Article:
by Kayla Collado
Have you ever wondered about where the money to fight climate change comes from? What about whose responsibility it should be to provide this money? Perhaps even consider who actually receives the money? These questions are necessary to consider for COP21 to make a difference.
The latest Green Climate Fund (GCF) report, sent to COP21 members and available to the public, compiles ideas to address these questions. The GCF report also addresses how they will follow COP’s suggestions to do so. These suggestions included:
- To confirm monetary pledges from different countries with binding agreements, so as to actually collect the money promised
- To begin approving project proposals submitted by countries in need of aid
- Increase the transparency of its proceedings (which is why the report is so thorough)
- Facilitate the ability of developing countries to engage with the Fund
- Ensure that the staff selection is based on merit without discrimination
- Accelerate the work done to address all of these suggestions
Despite the strides GCF and COP are making toward a more efficient system for climate change monetary aid, it is difficult to decide who gets the money. As Richard Klein and Annett Möhner discussed in Political Dimensions of Vulnerability: Implications for the Green Climate Fund, the difficulty in allocating money is in answering seemingly straightforward questions: What does vulnerability mean? Whose decision is it to choose to mitigate negative climate-related impacts in one vulnerable location over another? How would you choose?
According to the New Oxford American Dictionary, “vulnerability” is defined as “in need of special care, support, or protection.” In the Klein and Möhner piece, vulnerability is defined as “the degree to which a system is susceptible to, and unable to cope with, adverse effects.” The dictionary definition gives a broad definition that can apply to many places around the world, which can be an issue. The Klein and Möhner definition gets more detailed and relates better to climate change; it brings up a level of degree to which the definition can be applied to different areas. As a class, we decided that the Klein and Mohner definition, also the Intergovernmental Panel on Climate Change (IPCC) definition, is well-written and a great starting point for further discussion. As much as climate leaders avoid it, they need to view countries along a scale of vulnerability since the GCF does not have enough money to help everyone. It is also important to point out that this definition includes the idea of coping, because although certain areas may be susceptible to adverse effects, they may already have systems in place that allow them to cope with those effects.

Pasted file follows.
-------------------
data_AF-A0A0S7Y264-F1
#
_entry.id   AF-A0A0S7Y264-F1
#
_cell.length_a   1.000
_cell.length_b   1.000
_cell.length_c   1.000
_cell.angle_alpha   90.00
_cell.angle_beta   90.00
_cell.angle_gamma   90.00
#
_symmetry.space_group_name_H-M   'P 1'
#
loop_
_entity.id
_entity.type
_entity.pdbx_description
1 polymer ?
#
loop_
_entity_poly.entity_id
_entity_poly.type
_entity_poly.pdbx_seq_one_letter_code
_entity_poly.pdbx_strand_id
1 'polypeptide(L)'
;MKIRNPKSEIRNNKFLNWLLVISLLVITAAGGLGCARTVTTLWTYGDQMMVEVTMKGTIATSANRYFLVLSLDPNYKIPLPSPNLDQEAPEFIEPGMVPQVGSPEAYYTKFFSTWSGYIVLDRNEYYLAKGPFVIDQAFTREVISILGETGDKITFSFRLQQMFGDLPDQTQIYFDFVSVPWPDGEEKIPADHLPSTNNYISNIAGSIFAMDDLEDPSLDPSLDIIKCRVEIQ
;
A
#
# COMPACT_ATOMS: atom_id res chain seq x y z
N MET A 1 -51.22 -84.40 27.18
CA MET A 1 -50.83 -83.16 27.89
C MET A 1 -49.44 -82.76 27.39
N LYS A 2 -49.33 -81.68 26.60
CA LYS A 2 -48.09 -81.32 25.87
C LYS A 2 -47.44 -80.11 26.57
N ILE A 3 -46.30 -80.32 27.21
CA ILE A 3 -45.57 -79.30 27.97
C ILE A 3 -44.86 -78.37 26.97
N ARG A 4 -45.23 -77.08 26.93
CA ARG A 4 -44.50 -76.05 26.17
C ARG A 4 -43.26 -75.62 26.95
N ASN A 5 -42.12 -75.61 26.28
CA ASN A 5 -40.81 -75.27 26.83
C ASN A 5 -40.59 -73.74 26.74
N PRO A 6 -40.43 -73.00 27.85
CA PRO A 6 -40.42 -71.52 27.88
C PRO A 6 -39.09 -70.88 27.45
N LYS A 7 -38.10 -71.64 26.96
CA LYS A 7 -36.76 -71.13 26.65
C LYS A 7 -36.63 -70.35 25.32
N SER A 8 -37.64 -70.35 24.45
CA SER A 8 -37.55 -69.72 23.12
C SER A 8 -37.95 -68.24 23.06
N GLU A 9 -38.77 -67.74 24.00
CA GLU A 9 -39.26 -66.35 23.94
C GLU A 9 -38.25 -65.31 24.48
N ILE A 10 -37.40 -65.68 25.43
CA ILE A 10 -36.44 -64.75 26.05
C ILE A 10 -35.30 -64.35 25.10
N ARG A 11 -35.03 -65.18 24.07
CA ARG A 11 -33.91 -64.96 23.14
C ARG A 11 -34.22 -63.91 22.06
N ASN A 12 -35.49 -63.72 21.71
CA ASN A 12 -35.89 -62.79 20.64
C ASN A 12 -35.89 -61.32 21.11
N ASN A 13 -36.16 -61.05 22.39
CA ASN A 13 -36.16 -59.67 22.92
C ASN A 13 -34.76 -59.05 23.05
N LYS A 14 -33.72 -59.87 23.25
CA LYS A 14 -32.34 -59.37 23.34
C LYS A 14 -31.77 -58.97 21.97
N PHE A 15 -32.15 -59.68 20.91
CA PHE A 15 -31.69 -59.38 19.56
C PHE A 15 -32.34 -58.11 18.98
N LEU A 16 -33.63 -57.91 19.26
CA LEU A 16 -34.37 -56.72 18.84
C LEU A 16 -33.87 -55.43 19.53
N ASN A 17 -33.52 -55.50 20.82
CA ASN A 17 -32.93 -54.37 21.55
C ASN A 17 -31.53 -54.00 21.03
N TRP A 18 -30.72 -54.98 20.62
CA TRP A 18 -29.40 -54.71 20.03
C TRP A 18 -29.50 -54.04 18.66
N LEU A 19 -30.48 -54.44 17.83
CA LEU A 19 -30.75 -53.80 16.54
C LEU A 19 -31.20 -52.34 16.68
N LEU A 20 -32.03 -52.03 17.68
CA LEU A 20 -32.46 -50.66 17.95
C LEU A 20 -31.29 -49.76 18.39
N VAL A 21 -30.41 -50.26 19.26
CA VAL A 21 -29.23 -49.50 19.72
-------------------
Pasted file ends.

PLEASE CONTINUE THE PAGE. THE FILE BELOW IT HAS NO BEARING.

One potential design for financial support to areas chosen by the GCF includes a committee that sends money to a small selection of the most vulnerable areas in the world. With similar committes, there have been too many variables for everyone to agree. Another design allows countries to send in their proposals for funding, but it can be difficult for financially unstable countries to create a committee informed enough to adequately pull this off. Our class agreed that a mix of designs would be best.
In significant ways, Amherst College provides us with an opportunity to understand the complexity of allocating monetary aid. The situation is comparable to financial aid policies at Amherst; Amherst students with financial need all have different levels of need and potential contribution. The system we use relates to the design where students send in proposals for funding since students can fill out financial aid applications. If it works for Amherst, it might have potential to work on a larger scale.
The US has pledged $3 billion to the GCF cause this summer. However, pledging is not signing, and the GCF needs to reach their initial goal of $10 billion to make a difference. There are areas of the world that need extra help in the effort to fight the climate changes we all face. As you hear and read about GCF in the weeks leading up to COP21, these readings and this discussion should help you reflect on the political and economic dimensions of climate change and possible solutions for those most in need. We’d love to hear your thoughts on possible distributions of aid and how you think vulnerable areas should be decided upon.